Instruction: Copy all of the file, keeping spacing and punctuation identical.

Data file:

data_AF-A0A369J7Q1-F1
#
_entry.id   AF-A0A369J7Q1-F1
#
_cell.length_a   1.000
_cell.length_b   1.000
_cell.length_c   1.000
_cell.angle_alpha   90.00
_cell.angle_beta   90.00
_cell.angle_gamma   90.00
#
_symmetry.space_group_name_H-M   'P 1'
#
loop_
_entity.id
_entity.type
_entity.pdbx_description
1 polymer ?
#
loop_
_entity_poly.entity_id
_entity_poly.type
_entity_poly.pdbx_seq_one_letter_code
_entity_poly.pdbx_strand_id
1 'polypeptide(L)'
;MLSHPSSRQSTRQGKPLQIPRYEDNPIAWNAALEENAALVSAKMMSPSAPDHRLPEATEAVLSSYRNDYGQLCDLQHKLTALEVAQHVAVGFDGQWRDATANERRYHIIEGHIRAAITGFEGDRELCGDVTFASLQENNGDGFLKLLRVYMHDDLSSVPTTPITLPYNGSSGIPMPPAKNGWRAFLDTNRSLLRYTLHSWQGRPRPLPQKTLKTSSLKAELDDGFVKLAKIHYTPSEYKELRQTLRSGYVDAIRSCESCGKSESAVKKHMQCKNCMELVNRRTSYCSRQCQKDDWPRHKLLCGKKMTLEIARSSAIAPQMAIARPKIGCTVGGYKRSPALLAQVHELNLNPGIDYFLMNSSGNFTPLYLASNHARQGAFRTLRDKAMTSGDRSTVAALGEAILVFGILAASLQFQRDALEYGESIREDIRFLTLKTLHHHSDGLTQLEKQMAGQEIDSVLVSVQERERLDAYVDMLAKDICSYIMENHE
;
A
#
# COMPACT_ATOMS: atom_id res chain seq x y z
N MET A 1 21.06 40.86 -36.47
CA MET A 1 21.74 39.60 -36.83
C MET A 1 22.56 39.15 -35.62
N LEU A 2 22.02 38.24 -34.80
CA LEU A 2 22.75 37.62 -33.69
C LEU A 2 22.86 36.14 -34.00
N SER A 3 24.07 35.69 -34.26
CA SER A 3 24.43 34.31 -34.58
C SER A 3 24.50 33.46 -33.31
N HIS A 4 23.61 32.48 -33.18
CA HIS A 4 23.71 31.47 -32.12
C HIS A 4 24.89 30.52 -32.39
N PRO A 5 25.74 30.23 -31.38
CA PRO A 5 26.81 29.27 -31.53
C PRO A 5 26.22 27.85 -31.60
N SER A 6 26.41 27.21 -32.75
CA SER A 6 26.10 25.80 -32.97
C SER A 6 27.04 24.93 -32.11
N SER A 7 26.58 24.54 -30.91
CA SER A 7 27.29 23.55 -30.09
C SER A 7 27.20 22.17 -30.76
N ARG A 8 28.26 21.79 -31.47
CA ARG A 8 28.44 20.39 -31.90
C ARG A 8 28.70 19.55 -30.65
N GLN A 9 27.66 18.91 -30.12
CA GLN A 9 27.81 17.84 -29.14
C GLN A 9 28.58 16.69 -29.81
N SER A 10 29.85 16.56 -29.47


data_AF-A0A369J7Q1-F1
#
_entry.id   AF-A0A369J7Q1-F1
#
_cell.length_a   1.000
_cell.length_b   1.000
_cell.length_c   1.000
_cell.angle_alpha   90.00
_cell.angle_beta   90.00
_cell.angle_gamma   90.00
#
_symmetry.space_group_name_H-M   'P 1'
#
loop_
_entity.id
_entity.type
_entity.pdbx_description
1 polymer ?
#
loop_
_entity_poly.entity_id
_entity_poly.type
_entity_poly.pdbx_seq_one_letter_code
_entity_poly.pdbx_strand_id
1 'polypeptide(L)'
;MLSHPSSRQSTRQGKPLQIPRYEDNPIAWNAALEENAALVSAKMMSPSAPDHRLPEATEAVLSSYRNDYGQLCDLQHKLTALEVAQHVAVGFDGQWRDATANERRYHIIEGHIRAAITGFEGDRELCGDVTFASLQENNGDGFLKLLRVYMHDDLSSVPTTPITLPYNGSSGIPMPPAKNGWRAFLDTNRSLLRYTLHSWQGRPRPLPQKTLKTSSLKAELDDGFVKLAKIHYTPSEYKELRQTLRSGYVDAIRSCESCGKSESAVKKHMQCKNCMELVNRRTSYCSRQCQKDDWPRHKLLCGKKMTLEIARSSAIAPQMAIARPKIGCTVGGYKRSPALLAQVHELNLNPGIDYFLMNSSGNFTPLYLASNHARQGAFRTLRDKAMTSGDRSTVAALGEAILVFGILAASLQFQRDALEYGESIREDIRFLTLKTLHHHSDGLTQLEKQMAGQEIDSVLVSVQERERLDAYVDMLAKDICSYIMENHE
;
A
#
# COMPACT_ATOMS: atom_id res chain seq x y z
N MET A 1 21.06 40.86 -36.47
CA MET A 1 21.74 39.60 -36.83
C MET A 1 22.56 39.15 -35.62
N LEU A 2 22.02 38.24 -34.80
CA LEU A 2 22.75 37.62 -33.69
C LEU A 2 22.86 36.14 -34.00
N SER A 3 24.07 35.69 -34.26
CA SER A 3 24.43 34.31 -34.58
C SER A 3 24.50 33.46 -33.31
N HIS A 4 23.61 32.48 -33.18
CA HIS A 4 23.71 31.47 -32.12
C HIS A 4 24.89 30.52 -32.39
N PRO A 5 25.74 30.23 -31.38
CA PRO A 5 26.81 29.27 -31.53
C PRO A 5 26.22 27.85 -31.60
N SER A 6 26.41 27.21 -32.75
CA SER A 6 26.10 25.80 -32.97
C SER A 6 27.04 24.93 -32.11
N SER A 7 26.58 24.54 -30.91
CA SER A 7 27.29 23.55 -30.09
C SER A 7 27.20 22.17 -30.76
N ARG A 8 28.26 21.79 -31.47
CA ARG A 8 28.44 20.39 -31.90
C ARG A 8 28.70 19.55 -30.65
N GLN A 9 27.66 18.91 -30.12
CA GLN A 9 27.81 17.84 -29.14
C GLN A 9 28.58 16.69 -29.81
N SER A 10 29.85 16.56 -29.47